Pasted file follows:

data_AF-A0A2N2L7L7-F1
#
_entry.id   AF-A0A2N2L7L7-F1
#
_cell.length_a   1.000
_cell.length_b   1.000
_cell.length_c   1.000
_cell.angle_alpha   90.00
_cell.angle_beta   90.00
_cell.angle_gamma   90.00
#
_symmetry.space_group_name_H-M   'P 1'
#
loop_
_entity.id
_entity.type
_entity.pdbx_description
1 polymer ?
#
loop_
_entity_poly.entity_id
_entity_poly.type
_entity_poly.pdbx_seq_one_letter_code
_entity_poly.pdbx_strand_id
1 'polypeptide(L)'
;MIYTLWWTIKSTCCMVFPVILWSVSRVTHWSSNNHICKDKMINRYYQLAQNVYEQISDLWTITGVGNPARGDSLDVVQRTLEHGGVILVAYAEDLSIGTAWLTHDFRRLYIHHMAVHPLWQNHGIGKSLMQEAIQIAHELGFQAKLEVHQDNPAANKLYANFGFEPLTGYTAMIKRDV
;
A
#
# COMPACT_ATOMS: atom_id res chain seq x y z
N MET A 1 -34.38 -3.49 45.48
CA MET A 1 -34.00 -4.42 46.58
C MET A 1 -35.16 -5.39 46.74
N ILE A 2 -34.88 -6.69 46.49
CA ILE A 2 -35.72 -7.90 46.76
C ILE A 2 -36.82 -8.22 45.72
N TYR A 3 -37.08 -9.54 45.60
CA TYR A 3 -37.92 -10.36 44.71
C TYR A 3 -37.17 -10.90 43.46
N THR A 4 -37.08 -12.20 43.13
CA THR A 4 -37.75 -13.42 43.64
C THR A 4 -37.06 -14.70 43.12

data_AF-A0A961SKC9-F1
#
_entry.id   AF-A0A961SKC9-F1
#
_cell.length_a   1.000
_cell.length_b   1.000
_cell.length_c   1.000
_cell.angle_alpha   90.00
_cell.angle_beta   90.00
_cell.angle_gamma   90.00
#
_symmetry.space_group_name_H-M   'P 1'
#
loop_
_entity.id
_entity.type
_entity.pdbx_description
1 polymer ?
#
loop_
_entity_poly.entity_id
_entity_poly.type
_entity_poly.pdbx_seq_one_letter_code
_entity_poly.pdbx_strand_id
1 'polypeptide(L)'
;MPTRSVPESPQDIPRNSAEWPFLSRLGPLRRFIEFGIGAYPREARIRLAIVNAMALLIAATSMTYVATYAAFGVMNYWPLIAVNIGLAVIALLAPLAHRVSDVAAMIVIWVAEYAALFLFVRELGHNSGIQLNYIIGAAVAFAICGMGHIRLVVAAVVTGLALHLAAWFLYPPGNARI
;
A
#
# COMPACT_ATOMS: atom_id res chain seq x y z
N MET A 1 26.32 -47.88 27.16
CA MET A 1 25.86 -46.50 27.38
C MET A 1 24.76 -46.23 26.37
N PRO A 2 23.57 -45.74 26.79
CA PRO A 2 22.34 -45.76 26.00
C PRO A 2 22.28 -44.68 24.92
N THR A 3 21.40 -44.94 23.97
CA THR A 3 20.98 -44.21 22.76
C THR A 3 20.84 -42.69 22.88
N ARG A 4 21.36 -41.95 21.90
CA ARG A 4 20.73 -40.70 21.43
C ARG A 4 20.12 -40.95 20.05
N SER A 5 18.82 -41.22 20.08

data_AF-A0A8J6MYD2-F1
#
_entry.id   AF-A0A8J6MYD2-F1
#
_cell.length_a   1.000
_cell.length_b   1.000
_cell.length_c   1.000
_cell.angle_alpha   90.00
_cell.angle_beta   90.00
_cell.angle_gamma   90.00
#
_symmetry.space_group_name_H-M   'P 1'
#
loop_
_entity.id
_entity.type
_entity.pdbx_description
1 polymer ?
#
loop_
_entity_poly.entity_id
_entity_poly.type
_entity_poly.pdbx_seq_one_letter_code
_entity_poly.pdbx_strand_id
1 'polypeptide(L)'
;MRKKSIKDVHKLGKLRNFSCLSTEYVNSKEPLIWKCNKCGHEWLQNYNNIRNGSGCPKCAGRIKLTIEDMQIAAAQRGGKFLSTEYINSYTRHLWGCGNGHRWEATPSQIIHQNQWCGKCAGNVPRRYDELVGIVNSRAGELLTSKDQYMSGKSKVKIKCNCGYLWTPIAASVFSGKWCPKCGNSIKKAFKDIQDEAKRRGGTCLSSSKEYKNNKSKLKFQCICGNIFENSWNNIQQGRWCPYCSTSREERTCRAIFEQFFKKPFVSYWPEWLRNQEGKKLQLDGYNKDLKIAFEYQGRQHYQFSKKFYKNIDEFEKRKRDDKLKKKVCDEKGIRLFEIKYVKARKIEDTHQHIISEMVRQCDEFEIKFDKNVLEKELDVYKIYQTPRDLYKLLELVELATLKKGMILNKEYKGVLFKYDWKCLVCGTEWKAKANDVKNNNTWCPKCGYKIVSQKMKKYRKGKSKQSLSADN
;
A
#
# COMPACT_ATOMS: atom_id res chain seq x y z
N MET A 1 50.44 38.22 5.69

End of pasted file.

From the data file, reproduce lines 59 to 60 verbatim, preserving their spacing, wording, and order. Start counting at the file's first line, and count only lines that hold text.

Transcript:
_entity.pdbx_description
1 polymer ?